With the Thanksgiving holiday rapidly approaching, we have many things for which to be thankful: family, friends, community, and the abundant food to grace our tables. In our progressive march toward a sustainable society, what we choose to eat offers some low hanging fruit (no pun intended) for reaching our sustainability goals. Eating locally produced, organic food is a simple way to support our personal well-being as well as the economic and environmental health of our communities.
A Sustainable MBA Student at Bainbridge Graduate Institute, Jessika Tantisook, and her partner Jared Oakes of Starvation Alley Farms, are delivering a unique message to the Pacific Northwest this Thanksgiving about the hard work and real satisfaction that comes from organic cranberry farming. Their 10-arce family farm just finished harvesting its first WSDA certified transitional organic cranberries, the first of its kind in Washington state.
Many of us know cranberries are a delicious superfood, bursting with vitamins, minerals, and antioxidants, but recently an article in National Geographic highlighted the fact that most Americans consume cranberries once a year: Thanksgiving.
This quarter, Tantisook has teamed up with a couple of her classmates in the course “Social Web for Social Change” to create an awareness campaign about the versatility of this tart berry in everything from smoothies to salad dressings, and why seeking out organically grown produce will not only add to the the health benefits of fresh food, but also support small farms, like Starvation Alley, YEAR ROUND.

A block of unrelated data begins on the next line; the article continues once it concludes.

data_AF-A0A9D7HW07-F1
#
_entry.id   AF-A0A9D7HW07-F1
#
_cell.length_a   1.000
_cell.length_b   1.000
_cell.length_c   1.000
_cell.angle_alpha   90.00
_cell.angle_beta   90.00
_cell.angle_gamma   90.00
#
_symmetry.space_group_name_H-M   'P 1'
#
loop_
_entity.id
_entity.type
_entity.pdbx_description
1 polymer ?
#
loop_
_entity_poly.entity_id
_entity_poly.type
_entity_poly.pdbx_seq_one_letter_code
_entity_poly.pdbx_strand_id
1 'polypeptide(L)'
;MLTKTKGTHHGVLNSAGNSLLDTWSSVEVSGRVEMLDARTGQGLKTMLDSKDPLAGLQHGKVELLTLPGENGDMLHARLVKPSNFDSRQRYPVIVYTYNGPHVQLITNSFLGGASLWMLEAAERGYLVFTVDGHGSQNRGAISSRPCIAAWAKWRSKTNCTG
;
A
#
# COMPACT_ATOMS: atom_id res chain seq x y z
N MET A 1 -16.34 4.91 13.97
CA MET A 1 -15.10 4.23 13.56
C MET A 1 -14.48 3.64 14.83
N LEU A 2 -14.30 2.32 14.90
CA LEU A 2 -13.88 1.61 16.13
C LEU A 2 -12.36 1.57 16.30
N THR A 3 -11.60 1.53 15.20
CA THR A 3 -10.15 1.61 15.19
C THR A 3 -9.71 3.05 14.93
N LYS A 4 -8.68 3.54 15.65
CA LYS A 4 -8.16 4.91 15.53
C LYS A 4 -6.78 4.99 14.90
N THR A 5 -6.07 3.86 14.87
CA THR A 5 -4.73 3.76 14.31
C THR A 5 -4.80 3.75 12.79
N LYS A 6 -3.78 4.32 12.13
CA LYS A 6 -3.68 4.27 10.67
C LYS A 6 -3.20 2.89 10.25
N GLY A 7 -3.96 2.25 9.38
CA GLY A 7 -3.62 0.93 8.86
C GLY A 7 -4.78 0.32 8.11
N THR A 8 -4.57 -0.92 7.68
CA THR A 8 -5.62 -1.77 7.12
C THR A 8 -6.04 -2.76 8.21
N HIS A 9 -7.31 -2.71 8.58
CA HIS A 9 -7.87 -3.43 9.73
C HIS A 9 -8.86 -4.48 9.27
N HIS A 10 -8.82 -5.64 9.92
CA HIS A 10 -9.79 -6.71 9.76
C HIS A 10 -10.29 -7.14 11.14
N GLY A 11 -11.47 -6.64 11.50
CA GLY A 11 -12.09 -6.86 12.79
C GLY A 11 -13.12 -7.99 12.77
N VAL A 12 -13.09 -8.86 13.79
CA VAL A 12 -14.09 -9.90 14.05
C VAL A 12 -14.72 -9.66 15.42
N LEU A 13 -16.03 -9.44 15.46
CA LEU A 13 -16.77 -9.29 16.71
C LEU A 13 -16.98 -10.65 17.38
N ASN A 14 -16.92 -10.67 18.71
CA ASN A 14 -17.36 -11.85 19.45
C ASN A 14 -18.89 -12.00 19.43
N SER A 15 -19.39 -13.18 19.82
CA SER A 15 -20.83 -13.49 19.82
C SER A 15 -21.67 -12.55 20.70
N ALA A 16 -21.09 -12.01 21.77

Their “Put a Cran on It” campaign launched just last Thursday with a simple call to action: make a dish containing cranberries, snap a photo of your creation and post it on their Facebook page along with the recipe. This online collaboration will create awareness of all things cranberry and the best photo will receive a basket of fresh cranberries, juice and sauce.
Through fun and sharing of this little berry, a deeper theme of the importance of conscious consumption around the holidays emerges. This Thanksgiving and beyond, please join this mission to support sustainable agriculture by “Putting a Cran on It.”
Starvation Alley Farms is selling their fresh berries, juice, and homemade sauce at Pike Place Market in Seattle all Thanksgiving week.
Jessika Tantisook will graduate from the Bainbridge Graduate Institute in 2012 with an MBA in Sustainable Business. Her story about organic cranberry production was also featured on KUOW Radio on November 21. You can find Jessika at @JessikaAdele or at Starvation Alley Farms.